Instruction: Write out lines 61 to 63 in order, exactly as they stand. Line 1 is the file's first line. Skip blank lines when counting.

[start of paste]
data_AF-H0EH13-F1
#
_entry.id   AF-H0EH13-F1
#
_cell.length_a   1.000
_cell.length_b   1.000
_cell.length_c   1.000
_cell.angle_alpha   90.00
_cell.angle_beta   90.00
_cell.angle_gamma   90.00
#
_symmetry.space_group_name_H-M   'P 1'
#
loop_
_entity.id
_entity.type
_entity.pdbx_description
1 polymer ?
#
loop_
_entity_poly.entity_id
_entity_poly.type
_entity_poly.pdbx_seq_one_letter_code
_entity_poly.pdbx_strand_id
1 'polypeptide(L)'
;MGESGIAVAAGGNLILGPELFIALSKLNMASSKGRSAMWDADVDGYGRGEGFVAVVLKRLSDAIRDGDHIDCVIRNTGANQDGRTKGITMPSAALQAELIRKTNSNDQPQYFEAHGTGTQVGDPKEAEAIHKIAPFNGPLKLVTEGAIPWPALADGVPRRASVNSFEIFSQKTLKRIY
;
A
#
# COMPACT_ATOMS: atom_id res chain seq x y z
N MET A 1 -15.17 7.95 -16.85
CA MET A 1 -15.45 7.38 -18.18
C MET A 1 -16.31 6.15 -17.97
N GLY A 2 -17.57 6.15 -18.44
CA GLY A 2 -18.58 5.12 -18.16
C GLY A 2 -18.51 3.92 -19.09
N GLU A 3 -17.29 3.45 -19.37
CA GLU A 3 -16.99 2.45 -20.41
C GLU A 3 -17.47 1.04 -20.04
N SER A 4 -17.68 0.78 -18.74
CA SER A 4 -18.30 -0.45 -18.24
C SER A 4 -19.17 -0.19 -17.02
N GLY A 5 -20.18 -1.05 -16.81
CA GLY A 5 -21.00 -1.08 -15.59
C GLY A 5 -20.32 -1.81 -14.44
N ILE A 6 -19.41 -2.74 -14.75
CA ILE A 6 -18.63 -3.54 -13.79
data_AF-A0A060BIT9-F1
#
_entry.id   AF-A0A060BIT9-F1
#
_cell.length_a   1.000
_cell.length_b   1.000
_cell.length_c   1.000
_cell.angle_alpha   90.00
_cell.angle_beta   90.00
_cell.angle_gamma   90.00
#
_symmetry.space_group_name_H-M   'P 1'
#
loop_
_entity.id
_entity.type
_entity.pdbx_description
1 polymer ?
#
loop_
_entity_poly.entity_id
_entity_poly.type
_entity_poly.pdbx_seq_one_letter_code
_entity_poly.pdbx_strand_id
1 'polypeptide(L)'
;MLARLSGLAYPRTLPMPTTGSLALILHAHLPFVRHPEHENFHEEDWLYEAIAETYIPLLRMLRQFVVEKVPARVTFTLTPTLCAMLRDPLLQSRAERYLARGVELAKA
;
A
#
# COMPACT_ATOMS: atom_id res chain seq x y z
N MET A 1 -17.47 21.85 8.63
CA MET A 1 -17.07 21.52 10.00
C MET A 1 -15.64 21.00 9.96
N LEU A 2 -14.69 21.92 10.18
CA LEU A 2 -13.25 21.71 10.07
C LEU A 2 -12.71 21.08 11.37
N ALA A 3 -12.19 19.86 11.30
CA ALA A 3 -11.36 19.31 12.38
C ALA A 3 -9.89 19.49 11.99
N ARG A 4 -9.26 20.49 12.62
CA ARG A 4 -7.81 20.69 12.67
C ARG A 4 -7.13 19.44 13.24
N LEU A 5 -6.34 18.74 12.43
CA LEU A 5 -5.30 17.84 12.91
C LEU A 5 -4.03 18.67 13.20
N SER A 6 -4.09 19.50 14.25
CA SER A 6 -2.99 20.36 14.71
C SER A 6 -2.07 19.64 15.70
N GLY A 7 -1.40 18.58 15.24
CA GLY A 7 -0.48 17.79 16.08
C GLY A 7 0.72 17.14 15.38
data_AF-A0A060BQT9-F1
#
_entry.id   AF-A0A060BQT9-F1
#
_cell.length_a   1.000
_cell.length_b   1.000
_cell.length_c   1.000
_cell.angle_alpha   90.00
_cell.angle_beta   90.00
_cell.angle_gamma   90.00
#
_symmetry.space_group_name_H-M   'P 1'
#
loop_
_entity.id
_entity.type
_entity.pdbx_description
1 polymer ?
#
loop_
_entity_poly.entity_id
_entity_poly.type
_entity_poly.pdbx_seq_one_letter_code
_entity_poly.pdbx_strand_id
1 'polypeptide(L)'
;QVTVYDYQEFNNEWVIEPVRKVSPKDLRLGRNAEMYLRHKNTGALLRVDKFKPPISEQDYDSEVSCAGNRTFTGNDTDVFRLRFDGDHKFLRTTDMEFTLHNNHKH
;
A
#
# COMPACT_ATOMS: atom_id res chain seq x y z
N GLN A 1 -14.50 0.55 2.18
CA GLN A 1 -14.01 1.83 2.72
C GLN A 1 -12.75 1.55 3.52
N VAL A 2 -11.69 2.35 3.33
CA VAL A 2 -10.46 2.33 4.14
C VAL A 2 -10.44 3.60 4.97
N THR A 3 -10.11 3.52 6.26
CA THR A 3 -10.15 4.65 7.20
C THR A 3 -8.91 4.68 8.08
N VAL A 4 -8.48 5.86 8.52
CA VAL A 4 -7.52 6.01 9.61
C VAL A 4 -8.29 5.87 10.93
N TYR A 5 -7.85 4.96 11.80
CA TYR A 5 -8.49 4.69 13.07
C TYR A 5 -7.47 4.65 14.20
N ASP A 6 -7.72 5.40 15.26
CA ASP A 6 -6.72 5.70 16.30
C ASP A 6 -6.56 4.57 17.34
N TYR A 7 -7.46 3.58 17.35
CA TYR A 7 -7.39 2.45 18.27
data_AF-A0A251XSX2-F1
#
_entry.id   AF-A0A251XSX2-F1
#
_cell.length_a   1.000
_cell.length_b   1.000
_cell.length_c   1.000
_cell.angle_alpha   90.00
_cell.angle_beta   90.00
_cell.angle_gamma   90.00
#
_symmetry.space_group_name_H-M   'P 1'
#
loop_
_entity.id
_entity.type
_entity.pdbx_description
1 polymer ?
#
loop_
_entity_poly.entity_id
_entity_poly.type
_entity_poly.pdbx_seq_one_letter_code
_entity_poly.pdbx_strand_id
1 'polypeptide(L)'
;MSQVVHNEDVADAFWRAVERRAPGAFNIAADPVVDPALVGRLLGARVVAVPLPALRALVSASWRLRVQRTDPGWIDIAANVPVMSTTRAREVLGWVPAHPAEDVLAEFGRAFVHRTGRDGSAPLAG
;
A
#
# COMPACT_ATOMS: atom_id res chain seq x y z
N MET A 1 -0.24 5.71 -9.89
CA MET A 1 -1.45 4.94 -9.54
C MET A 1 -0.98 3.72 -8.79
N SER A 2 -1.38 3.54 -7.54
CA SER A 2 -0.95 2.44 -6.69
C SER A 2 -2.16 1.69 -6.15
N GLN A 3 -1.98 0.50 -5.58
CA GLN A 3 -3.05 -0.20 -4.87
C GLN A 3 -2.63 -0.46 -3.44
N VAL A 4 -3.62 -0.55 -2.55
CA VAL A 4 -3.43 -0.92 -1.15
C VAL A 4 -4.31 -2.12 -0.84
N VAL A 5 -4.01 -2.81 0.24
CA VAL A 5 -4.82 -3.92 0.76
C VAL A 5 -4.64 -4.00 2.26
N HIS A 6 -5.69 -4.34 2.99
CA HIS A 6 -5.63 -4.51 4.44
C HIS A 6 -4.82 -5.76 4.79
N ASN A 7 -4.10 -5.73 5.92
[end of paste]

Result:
loop_
_entity.id
_entity.type